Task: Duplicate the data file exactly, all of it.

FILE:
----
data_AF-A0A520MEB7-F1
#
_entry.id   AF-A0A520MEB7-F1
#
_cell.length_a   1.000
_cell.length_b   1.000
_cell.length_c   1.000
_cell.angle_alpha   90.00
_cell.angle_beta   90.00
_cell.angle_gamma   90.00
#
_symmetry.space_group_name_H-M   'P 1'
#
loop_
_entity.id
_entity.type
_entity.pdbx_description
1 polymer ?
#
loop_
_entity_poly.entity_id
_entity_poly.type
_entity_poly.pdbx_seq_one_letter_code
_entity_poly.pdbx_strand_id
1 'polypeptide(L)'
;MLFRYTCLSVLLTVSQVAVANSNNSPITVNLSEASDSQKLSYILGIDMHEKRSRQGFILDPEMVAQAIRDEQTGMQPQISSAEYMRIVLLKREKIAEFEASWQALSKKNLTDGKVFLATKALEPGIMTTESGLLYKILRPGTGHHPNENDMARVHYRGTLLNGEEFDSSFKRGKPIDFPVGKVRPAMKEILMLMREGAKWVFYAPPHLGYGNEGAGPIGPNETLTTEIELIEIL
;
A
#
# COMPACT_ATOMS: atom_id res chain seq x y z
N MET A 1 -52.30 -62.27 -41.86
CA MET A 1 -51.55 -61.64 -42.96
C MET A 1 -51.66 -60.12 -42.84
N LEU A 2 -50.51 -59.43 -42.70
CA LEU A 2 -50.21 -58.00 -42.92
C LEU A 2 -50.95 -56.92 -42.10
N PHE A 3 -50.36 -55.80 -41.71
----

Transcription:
data_AF-A0A520MEB7-F1
#
_entry.id   AF-A0A520MEB7-F1
#
_cell.length_a   1.000
_cell.length_b   1.000
_cell.length_c   1.000
_cell.angle_alpha   90.00
_cell.angle_beta   90.00
_cell.angle_gamma   90.00
#
_symmetry.space_group_name_H-M   'P 1'
#
loop_
_entity.id
_entity.type
_entity.pdbx_description
1 polymer ?
#
loop_
_entity_poly.entity_id
_entity_poly.type
_entity_poly.pdbx_seq_one_letter_code
_entity_poly.pdbx_strand_id
1 'polypeptide(L)'
;MLFRYTCLSVLLTVSQVAVANSNNSPITVNLSEASDSQKLSYILGIDMHEKRSRQGFILDPEMVAQAIRDEQTGMQPQISSAEYMRIVLLKREKIAEFEASWQALSKKNLTDGKVFLATKALEPGIMTTESGLLYKILRPGTGHHPNENDMARVHYRGTLLNGEEFDSSFKRGKPIDFPVGKVRPAMKEILMLMREGAKWVFYAPPHLGYGNEGAGPIGPNETLTTEIELIEIL
;
A
#
# COMPACT_ATOMS: atom_id res chain seq x y z
N MET A 1 -52.30 -62.27 -41.86
CA MET A 1 -51.55 -61.64 -42.96
C MET A 1 -51.66 -60.12 -42.84
N LEU A 2 -50.51 -59.43 -42.70
CA LEU A 2 -50.21 -58.00 -42.92
C LEU A 2 -50.95 -56.92 -42.10
N PHE A 3 -50.36 -55.80 -41.71